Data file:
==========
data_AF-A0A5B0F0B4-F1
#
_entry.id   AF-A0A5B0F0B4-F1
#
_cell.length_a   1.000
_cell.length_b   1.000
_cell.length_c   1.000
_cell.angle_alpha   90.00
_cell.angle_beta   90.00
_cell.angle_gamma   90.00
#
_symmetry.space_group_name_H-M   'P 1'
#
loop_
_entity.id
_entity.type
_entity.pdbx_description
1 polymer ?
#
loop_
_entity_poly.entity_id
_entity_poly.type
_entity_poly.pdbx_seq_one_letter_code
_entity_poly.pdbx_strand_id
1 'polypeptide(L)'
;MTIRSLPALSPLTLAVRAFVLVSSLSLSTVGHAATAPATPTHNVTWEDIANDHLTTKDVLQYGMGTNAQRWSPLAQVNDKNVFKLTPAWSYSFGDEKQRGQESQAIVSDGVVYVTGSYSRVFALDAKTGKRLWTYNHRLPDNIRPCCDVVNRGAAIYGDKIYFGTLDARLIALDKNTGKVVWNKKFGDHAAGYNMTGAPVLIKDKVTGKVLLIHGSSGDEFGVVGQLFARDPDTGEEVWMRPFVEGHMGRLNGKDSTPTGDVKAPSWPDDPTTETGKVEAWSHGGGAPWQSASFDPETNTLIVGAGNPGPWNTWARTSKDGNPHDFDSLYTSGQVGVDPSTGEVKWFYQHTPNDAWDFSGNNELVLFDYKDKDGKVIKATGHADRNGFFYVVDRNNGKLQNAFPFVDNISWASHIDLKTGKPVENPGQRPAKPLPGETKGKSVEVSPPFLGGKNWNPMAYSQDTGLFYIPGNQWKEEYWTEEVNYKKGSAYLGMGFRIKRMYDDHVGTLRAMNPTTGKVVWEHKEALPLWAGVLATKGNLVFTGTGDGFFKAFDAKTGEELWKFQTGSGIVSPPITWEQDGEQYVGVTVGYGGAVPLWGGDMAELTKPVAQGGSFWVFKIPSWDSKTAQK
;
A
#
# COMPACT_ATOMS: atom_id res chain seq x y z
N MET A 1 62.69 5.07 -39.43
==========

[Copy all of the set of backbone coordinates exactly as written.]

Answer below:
data_AF-A0A5B0F0B4-F1
#
_entry.id   AF-A0A5B0F0B4-F1
#
_cell.length_a   1.000
_cell.length_b   1.000
_cell.length_c   1.000
_cell.angle_alpha   90.00
_cell.angle_beta   90.00
_cell.angle_gamma   90.00
#
_symmetry.space_group_name_H-M   'P 1'
#
loop_
_entity.id
_entity.type
_entity.pdbx_description
1 polymer ?
#
loop_
_entity_poly.entity_id
_entity_poly.type
_entity_poly.pdbx_seq_one_letter_code
_entity_poly.pdbx_strand_id
1 'polypeptide(L)'
;MTIRSLPALSPLTLAVRAFVLVSSLSLSTVGHAATAPATPTHNVTWEDIANDHLTTKDVLQYGMGTNAQRWSPLAQVNDKNVFKLTPAWSYSFGDEKQRGQESQAIVSDGVVYVTGSYSRVFALDAKTGKRLWTYNHRLPDNIRPCCDVVNRGAAIYGDKIYFGTLDARLIALDKNTGKVVWNKKFGDHAAGYNMTGAPVLIKDKVTGKVLLIHGSSGDEFGVVGQLFARDPDTGEEVWMRPFVEGHMGRLNGKDSTPTGDVKAPSWPDDPTTETGKVEAWSHGGGAPWQSASFDPETNTLIVGAGNPGPWNTWARTSKDGNPHDFDSLYTSGQVGVDPSTGEVKWFYQHTPNDAWDFSGNNELVLFDYKDKDGKVIKATGHADRNGFFYVVDRNNGKLQNAFPFVDNISWASHIDLKTGKPVENPGQRPAKPLPGETKGKSVEVSPPFLGGKNWNPMAYSQDTGLFYIPGNQWKEEYWTEEVNYKKGSAYLGMGFRIKRMYDDHVGTLRAMNPTTGKVVWEHKEALPLWAGVLATKGNLVFTGTGDGFFKAFDAKTGEELWKFQTGSGIVSPPITWEQDGEQYVGVTVGYGGAVPLWGGDMAELTKPVAQGGSFWVFKIPSWDSKTAQK
;
A
#
# COMPACT_ATOMS: atom_id res chain seq x y z
N MET A 1 62.69 5.07 -39.43